Category: Lifestyle

I can teach you to run (well…I taught myself).

Disclaimer: I have never been, nor do I claim to be, an expert in the field of fitness or health. I’m telling my story in the hope that it will help others in a similar position to me.

I’ve struggled with running for as long as I can remember. As I kid I had asthma, but even in my 20’s I would end up red-faced and gasping for air after about 200 metres.

It wasn’t that I was unfit. At the ripe age of 20 I could cycle for hours, interval train on the cross trainer like a champion, and row myself to oblivion. I could yoga, Pilates and pump weights with the best of them. That’s not to say I was perfect in any way – I was a gym junkie with a borderline eating disorder for a year. That’s a story for another day, but the point is I HATED running.

As a teenager, I was always told “you’re either a runner or you’re not”. I think many people are told this myth, and I’m not sure why. Maybe those people who don’t want to run need justification, or maybe those who have always run for exercise want to place themselves in a special group. It may be both, but I certainly fell into the former. I couldn’t count on two hands how many excuses I came up with for not running. “I have bad knees. I used to have asthma. Running isn’t that good for you. It’s raining a little”. Sound familiar?

Over time I came up with excuses for exercise in general, and I found myself in my mid-20s having put on 10 kilos and all over just stuck in a rut. I quit my job and started travelling (again another story), and the walking certainly helped, but on those days where my step count didn’t hit 20,000, I realised that I needed to start doing two things: high impact toning that I could do with no equipment, and cardio that I could do with no equipment.

The toning solution was easy – HIIT workouts get your blood pumping and you can be done in 20 minutes. I will be writing a post about HIIT later, but I knew for the outdoor piece I was going to have to face my greatest nemesis: the act of moving forward where your second leg leaves the ground before the first leg has returned. RUNNING.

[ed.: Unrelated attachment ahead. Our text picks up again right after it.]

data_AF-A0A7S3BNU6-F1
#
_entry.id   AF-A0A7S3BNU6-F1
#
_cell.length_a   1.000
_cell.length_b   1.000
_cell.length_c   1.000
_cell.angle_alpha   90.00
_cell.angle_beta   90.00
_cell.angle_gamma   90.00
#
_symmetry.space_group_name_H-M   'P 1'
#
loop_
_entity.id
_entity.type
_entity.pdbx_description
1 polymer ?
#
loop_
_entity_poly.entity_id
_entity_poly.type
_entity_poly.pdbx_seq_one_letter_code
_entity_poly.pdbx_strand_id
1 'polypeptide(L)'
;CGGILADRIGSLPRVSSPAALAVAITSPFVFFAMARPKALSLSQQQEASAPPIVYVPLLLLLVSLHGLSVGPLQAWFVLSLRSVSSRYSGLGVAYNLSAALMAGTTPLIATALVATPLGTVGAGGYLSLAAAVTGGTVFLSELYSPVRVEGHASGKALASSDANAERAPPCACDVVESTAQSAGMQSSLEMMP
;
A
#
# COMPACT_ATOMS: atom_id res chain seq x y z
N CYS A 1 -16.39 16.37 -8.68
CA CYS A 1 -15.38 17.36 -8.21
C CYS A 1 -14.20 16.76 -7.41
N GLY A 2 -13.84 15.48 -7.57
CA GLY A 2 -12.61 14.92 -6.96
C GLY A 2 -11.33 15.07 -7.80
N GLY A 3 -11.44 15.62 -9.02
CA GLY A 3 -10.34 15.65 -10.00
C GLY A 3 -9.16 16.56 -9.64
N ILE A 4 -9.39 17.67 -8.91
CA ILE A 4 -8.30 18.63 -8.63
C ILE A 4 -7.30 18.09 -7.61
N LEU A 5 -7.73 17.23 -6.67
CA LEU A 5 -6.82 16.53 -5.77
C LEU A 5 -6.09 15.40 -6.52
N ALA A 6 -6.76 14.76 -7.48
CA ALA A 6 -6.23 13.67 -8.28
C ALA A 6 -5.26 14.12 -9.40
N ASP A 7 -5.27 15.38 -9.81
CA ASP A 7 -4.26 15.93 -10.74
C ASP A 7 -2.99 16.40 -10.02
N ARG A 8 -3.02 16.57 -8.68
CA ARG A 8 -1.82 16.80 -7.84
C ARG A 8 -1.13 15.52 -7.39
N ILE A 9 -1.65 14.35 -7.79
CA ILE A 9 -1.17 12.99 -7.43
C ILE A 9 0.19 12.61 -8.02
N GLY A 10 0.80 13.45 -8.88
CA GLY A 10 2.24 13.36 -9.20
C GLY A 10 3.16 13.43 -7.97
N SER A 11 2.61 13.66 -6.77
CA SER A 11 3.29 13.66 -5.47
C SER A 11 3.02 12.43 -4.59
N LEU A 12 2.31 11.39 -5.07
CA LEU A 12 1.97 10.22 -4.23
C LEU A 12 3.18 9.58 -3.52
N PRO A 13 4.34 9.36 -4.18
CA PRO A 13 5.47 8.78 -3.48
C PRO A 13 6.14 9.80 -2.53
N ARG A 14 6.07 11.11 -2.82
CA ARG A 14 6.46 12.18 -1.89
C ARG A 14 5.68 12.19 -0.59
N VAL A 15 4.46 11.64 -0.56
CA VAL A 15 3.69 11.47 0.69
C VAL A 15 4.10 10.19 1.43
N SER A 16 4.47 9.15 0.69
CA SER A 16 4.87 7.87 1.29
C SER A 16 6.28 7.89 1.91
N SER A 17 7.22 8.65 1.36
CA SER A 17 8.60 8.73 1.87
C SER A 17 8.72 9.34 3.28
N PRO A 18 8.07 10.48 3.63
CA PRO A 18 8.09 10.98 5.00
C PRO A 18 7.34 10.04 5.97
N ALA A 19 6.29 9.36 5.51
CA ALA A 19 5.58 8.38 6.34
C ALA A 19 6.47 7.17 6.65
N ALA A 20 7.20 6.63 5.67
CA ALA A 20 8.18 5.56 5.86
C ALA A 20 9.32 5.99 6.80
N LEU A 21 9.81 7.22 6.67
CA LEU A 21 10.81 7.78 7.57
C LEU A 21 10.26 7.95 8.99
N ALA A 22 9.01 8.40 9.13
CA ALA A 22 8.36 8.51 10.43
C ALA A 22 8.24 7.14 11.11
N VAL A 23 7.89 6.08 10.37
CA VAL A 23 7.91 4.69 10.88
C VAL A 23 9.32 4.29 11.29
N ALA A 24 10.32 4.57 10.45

So now the part you’ve been waiting for. How did I do it? Well I can’t take all the credit – the advice came from a colleague in my past-life career. I hadn’t decided to listen to it at the time, but at this crucial juncture in my life I remembered what she said. So here it is:

“Choose how long you want to be able to run for”. For me this was 20 minutes. She said, “run at a walking pace if that’s what it takes to keep you running for the whole 20 minutes. If you can feel that you’re not being challenged at any point in the run, increase the pace slightly. If you lose your breath again, come back to jogging on the spot if you must. Just don’t stop running, no matter how slow you end up going”.

So, I did exactly that, and I felt mortifyingly stupid. Have you ever tried running at a walking pace? To say that it feels clownish is an understatement. You feel like a terrible actor trying to slow motion run to a toilet at a casting for a non-speaking role in a commercial for adult diapers.

Ok it’s not that bad, but you do find yourself wondering what other people think of you, especially other runners. Here’s the kicker though.


Sure, you might run at this sluggish pace for a few days, and you might get sore because even at this pace your body is not used to the movement. Then after a week or so you find that at intervals you can run a little faster before returning to a snail’s pace, and then those intervals keep increasing, and then after a month you look back and wonder how it is you managed to get so far in so little time.

The trick: no matter what, just don’t stop running for that time you have set yourself.

Don’t get me wrong here, I’m no marathon runner. I run 2-3 times a week and on a good day, I run 3kms in 20 mins which means I’m clocking 9km/hr. On a bad day, I don’t even run 2kms in that time, but that’s ok, because week on week I still improve, and that’s the only thing I can ask for. I don’t hear my own excuses anymore, because I know I can do it; I’ve given myself that confidence by doing the thing I was so sure I couldn’t do.

Thanks for reading. This method worked for me, and I hope others out there benefit from it too.

ADDED: I always use music, and this was my running schedule for the first two weeks because when I became sore I would rest until I was completely healed: